Will the high-speed train service from Lyon to Turin ever really happen?

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Will the high-speed train service from Lyon to Turin ever really happen?
People gather with flags reading "NO TAV (No to high speed trains)" in front the law court of Chambery, southeastern France. Photo: AFP

Tens of thousands of people rallied this weekend in the north Italian city of Turin to support a planned high-speed train line to Lyon that faced years of opposition, especially from environmental groups. But will the project go ahead?


Between 30,000 to 40,000 people packed the city's Castello plaza, one of the largest in the capital of Piedmont region, in the first large-scale demonstration in favour of the TAV Lyon-Turin railway.
The protest came after Turin city authorities, lead by the anti-establishment Five Star Movement (M5S), in September approved a motion demanding a halt the project. The Piedmont regional government has ruled in favour of the TAV.
Italian and French transport ministers are expected to meet on Monday to discuss the project.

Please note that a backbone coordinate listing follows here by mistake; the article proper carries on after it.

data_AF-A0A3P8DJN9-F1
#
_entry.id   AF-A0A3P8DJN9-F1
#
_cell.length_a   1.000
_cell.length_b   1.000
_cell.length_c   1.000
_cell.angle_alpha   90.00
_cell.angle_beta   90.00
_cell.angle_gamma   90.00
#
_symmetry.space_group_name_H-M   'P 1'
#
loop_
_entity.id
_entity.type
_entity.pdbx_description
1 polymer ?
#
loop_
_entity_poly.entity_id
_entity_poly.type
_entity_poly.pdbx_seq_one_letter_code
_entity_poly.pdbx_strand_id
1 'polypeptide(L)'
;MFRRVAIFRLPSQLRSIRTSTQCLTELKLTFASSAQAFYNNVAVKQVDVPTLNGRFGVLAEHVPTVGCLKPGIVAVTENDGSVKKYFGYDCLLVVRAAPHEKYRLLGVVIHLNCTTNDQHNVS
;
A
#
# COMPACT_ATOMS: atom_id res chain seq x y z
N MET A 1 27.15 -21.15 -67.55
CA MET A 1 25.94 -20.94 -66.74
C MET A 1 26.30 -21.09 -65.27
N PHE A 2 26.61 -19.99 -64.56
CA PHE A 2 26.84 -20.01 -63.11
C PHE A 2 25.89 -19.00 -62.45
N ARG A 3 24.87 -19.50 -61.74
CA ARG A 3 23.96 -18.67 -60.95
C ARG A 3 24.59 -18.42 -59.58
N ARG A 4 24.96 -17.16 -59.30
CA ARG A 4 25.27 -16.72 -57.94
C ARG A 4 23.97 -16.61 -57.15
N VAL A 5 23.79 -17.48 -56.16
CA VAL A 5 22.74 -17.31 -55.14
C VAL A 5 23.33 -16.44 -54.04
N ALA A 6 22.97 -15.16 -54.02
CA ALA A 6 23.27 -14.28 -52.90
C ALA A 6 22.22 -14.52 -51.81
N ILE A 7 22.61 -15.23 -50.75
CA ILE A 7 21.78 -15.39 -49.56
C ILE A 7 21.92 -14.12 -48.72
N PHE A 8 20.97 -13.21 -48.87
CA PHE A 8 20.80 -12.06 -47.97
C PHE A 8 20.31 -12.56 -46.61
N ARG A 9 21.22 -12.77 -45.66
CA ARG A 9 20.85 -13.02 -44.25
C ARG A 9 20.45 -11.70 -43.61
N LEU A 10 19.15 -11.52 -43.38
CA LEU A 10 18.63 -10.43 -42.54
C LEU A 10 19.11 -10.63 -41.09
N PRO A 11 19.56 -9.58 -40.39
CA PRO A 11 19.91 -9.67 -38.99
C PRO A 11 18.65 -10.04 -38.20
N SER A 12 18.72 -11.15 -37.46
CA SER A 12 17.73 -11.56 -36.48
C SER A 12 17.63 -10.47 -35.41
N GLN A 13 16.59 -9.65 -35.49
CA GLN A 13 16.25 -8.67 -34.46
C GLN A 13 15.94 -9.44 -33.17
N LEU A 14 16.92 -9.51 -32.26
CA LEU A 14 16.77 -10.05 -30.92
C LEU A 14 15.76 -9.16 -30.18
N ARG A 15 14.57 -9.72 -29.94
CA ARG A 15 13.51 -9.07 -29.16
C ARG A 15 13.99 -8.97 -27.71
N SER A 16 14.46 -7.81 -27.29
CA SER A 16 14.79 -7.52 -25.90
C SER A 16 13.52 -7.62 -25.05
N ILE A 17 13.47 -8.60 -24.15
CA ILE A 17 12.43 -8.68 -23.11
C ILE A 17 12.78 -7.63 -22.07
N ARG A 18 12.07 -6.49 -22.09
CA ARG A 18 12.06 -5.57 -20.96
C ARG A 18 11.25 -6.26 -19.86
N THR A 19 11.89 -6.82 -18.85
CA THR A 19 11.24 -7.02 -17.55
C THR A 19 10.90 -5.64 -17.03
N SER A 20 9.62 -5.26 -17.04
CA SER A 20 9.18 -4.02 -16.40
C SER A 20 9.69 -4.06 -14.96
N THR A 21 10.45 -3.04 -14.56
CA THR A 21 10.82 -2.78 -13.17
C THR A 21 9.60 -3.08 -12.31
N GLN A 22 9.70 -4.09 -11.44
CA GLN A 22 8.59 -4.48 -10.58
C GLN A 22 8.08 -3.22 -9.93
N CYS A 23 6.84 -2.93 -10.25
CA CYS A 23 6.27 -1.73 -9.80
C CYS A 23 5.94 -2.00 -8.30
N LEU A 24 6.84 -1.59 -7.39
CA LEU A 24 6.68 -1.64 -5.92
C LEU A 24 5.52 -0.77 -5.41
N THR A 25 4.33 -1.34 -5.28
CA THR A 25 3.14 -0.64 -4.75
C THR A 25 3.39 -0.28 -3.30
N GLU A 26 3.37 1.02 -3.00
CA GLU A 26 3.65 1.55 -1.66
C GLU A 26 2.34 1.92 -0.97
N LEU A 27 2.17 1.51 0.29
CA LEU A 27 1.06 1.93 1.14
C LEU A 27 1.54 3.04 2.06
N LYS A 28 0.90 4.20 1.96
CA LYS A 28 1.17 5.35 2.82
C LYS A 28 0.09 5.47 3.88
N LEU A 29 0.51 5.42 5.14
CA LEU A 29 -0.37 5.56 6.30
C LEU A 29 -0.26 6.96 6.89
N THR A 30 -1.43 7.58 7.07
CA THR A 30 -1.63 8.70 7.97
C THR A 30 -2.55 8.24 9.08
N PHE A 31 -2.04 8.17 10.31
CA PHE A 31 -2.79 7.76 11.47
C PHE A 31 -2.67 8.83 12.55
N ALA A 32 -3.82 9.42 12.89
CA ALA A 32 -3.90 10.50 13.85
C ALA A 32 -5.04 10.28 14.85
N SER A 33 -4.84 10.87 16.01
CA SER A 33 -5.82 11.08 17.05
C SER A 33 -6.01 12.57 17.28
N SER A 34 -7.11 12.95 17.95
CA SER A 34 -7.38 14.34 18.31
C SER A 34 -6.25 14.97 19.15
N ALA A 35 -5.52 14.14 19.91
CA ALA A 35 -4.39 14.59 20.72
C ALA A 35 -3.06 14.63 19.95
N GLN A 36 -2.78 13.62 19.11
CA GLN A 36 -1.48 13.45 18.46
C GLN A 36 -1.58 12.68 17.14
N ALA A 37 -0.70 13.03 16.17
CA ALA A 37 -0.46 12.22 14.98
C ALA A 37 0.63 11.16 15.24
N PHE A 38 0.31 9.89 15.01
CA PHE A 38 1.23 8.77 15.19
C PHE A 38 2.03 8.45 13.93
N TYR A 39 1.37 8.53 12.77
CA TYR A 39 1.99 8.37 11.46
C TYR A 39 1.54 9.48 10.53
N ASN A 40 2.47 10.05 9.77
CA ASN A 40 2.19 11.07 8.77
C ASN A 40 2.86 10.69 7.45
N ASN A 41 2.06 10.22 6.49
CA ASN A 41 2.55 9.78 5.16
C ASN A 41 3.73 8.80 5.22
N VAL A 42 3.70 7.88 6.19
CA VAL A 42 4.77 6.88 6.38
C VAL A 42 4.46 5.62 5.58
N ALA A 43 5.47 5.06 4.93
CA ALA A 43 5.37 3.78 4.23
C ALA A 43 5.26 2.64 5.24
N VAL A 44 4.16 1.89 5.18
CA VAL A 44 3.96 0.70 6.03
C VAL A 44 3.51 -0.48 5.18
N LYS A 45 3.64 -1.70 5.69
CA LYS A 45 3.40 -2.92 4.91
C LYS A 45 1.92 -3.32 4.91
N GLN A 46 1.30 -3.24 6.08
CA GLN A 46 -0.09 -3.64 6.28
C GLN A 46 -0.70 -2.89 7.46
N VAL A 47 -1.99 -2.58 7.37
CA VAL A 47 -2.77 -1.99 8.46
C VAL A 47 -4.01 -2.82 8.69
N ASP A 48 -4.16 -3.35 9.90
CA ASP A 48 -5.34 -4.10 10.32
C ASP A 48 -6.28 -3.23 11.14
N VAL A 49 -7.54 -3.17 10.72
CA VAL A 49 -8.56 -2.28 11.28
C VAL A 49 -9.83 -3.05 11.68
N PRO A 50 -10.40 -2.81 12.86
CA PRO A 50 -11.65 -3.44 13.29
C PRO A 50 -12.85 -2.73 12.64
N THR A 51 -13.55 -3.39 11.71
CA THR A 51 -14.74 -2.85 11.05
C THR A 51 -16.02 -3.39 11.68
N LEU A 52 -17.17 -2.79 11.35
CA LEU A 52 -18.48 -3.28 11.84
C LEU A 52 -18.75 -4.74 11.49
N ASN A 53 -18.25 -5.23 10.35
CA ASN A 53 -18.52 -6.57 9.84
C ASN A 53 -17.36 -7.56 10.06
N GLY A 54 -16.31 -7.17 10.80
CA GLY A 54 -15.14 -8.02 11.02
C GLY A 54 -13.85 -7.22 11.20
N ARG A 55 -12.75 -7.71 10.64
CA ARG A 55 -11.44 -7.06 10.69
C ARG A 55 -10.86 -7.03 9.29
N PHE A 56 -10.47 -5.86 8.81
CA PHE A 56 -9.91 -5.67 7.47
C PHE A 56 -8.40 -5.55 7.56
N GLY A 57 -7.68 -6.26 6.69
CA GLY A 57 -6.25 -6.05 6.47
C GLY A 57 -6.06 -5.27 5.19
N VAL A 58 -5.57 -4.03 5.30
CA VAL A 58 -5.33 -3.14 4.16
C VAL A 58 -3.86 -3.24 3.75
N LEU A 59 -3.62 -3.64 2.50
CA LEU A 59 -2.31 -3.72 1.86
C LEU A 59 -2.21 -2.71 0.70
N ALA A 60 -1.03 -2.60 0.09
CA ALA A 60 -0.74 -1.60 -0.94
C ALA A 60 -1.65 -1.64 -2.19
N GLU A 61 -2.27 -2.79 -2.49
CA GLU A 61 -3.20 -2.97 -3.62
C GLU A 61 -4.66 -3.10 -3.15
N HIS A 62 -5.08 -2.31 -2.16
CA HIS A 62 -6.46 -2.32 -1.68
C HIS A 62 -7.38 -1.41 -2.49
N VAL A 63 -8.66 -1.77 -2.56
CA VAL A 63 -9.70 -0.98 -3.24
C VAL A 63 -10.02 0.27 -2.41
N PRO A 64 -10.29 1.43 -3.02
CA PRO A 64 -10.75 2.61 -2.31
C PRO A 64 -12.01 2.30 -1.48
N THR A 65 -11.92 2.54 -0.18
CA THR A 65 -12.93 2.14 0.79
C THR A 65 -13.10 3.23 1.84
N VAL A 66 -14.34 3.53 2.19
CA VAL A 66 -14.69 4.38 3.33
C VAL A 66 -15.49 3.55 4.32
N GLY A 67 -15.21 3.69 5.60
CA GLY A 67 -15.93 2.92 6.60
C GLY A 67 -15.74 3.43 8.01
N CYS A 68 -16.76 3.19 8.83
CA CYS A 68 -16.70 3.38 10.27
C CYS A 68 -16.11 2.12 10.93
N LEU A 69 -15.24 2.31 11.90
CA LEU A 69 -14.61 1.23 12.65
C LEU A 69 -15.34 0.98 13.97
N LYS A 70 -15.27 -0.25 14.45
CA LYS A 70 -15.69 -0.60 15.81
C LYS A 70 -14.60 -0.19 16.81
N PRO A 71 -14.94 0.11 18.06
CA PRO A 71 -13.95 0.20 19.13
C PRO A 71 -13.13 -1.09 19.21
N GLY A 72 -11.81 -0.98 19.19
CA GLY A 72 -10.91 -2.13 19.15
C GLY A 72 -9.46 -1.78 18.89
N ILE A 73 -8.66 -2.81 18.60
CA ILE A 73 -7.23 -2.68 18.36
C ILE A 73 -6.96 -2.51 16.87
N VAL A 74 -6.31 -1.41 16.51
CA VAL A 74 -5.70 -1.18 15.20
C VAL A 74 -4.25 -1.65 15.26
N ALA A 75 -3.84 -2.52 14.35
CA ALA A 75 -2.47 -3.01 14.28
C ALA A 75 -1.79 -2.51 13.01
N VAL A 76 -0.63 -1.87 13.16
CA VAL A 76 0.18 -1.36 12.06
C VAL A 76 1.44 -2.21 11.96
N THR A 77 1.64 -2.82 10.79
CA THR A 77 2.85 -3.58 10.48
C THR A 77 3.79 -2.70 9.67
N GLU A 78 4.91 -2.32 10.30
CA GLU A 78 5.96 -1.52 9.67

"Turin is closing itself off, this is why we thought we have to do something as citizens," Giovanna Giordano and Patrizia Ghiazza, two of the organisers, told reporters. "Turin has come out onto the streets to say yes many times."
Supporters see the train project as a potential source of growth for the region and northern Italy.
Elected in 2016, Turin Mayor Chiara Appendino of the Five Star Movement said on Saturday that "the door is open and will remain open" in a blog post showing a photo of her office door.
The Lyon-Turin project would involve construction of a 57.5 kilometre tunnel between Maurienne valley and Susa valley, to cut travel time between the two cities to two hours from current four hours.
Luigi Di Maio, political chief of the M5S, has called for complete renegotiation of the project, which he dismisses as a waste of public money.
France's Transport Minister Elisabeth Borne told the national assembly on Monday the government remains determined to complete the project.
The EU has attempted to push the two countries to advance. The total cost of the tunnel is estimated at €8.6 billion, 40 percent financed by the EU, 35 percent by Italy and 25 percent by France.

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